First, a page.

February 21, 2017
Johns Hopkins transplant surgeons include, from left to right, Niraj Desai, Jacqueline Garonzik Wang (seated), Dorry Segev, Andrew Cameron (seated), Shane Ottmann and Benjamin Philosophe.
In March 2016, Johns Hopkins surgeons performed the first organ transplants
in the U.S. from a deceased donor with HIV to patients with HIV. Liver transplant surgeon Andrew Cameron
and kidney transplant surgeon Niraj Desai
say the surgeries are nearly the same as for any other transplants. The difference is at the microscopic level—particularly in ensuring that a more virulent strain of HIV is not introduced to recipients.
Infectious disease physicians play a significant preoperative role in vetting the donor organ for level of disease. Postoperatively, pharmacists aim to avoid known medication interactions. Because HIV medicines can interfere with the immunosuppressants required after an organ transplant, patients’ drug levels are monitored closely.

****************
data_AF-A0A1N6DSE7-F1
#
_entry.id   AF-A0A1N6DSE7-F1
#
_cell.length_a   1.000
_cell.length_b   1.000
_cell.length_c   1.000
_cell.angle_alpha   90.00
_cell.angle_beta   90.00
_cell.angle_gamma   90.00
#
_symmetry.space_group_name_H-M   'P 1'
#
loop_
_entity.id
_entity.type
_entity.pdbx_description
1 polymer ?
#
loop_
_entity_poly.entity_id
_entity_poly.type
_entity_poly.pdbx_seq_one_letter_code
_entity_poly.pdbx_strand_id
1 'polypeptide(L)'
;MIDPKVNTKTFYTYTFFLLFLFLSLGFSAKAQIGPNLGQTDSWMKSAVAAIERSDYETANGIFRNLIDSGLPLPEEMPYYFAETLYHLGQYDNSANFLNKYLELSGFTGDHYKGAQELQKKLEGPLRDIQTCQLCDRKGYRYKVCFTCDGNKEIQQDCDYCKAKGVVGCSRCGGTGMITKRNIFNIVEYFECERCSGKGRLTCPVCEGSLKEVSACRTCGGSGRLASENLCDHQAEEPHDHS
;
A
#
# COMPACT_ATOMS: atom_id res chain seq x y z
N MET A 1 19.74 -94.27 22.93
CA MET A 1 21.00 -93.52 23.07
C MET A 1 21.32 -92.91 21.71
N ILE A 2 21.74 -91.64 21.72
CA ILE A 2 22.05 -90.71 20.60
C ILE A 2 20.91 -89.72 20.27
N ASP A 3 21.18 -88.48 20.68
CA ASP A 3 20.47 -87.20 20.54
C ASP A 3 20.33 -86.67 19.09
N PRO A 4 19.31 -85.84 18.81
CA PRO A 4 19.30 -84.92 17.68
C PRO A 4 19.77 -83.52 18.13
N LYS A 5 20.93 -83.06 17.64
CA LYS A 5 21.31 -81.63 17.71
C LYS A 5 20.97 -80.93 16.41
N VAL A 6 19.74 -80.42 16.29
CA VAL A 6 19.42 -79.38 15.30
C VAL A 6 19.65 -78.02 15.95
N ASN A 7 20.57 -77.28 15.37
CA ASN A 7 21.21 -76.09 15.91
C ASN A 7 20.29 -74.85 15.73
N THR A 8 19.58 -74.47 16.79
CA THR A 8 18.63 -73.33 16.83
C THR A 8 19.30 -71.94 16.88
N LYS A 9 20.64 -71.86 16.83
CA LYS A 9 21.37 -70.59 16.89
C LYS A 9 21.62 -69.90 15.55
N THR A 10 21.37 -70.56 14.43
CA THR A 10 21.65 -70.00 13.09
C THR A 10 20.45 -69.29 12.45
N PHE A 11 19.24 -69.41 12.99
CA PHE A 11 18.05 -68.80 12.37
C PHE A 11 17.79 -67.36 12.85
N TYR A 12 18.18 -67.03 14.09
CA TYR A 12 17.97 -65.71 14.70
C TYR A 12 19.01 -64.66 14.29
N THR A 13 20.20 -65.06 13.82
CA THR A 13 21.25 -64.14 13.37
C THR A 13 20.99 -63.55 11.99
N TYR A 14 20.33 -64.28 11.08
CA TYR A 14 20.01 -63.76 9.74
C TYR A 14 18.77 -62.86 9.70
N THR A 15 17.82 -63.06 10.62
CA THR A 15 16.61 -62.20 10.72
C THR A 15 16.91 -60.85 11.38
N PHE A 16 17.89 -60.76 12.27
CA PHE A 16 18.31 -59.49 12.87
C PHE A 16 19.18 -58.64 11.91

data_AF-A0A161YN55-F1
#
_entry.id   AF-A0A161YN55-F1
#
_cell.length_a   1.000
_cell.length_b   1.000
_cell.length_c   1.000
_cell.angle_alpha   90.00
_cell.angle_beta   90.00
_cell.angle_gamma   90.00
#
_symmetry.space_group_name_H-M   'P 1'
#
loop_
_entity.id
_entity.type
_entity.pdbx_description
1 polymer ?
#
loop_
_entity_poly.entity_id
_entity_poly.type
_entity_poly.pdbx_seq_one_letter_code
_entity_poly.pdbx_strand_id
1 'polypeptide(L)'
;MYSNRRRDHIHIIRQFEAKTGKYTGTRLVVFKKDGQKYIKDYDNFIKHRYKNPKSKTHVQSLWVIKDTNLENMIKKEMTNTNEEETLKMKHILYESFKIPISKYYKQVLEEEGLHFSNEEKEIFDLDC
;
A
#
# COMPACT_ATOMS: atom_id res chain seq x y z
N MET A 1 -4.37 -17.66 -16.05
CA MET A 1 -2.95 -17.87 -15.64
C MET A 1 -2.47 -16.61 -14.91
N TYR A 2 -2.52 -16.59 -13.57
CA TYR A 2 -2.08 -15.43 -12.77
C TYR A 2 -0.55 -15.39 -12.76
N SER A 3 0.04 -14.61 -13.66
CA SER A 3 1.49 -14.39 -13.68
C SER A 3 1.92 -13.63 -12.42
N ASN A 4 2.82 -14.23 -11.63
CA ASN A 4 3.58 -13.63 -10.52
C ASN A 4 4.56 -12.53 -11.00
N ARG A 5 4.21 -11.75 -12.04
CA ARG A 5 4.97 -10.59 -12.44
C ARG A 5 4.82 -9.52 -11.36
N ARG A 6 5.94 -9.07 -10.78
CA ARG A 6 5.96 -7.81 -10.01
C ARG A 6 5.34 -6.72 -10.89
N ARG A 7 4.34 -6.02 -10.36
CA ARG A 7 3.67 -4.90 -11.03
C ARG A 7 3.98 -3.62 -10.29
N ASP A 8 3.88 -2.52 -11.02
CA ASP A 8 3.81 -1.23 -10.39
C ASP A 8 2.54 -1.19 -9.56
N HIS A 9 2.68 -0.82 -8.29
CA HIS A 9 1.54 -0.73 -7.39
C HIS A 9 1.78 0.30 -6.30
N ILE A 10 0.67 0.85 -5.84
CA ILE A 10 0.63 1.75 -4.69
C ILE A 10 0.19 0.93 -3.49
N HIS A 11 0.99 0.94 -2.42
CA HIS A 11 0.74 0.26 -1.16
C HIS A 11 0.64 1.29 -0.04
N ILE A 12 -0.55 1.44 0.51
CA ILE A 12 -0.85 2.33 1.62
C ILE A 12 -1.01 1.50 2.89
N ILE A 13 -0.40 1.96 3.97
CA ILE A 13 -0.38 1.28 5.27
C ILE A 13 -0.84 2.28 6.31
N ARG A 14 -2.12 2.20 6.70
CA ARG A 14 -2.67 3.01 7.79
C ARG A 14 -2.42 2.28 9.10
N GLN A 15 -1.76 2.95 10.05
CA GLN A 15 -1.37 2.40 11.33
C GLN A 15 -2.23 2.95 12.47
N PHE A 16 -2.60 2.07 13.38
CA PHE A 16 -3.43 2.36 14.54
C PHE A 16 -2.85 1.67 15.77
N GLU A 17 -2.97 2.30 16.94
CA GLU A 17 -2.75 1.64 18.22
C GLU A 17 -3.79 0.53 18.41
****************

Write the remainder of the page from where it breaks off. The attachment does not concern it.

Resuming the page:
Specialists from many disciplines played a role in the transplants from a deceased donor with HIV to a patient with HIV (see sidebar). They also take part in every transplant at the Johns Hopkins Comprehensive Transplant Center. All transplants are multidisciplinary endeavors, involving more than a dozen specialized team members.
Thanks to the complex nature of care, Cameron says the first-in-the-U.S. operations have been a great success, as have been the several HIV transplants that have taken place since.
The Research Road to Transplant
The center is currently taking referrals for patients with HIV who need an organ transplant. With clinics available in the Greater Maryland and Washington, D.C., area, it is easier than ever to access Johns Hopkins care for organ transplantation.
JOHNS HOPKINS TEAM MEMBERS INVOLVED WITH ORGAN TRANSPLANT
Explore an interactive timeline of the 30-plus years of HIV/AIDS research and treatment at The Johns Hopkins Hospital: bit.ly/HIVAIDStimeline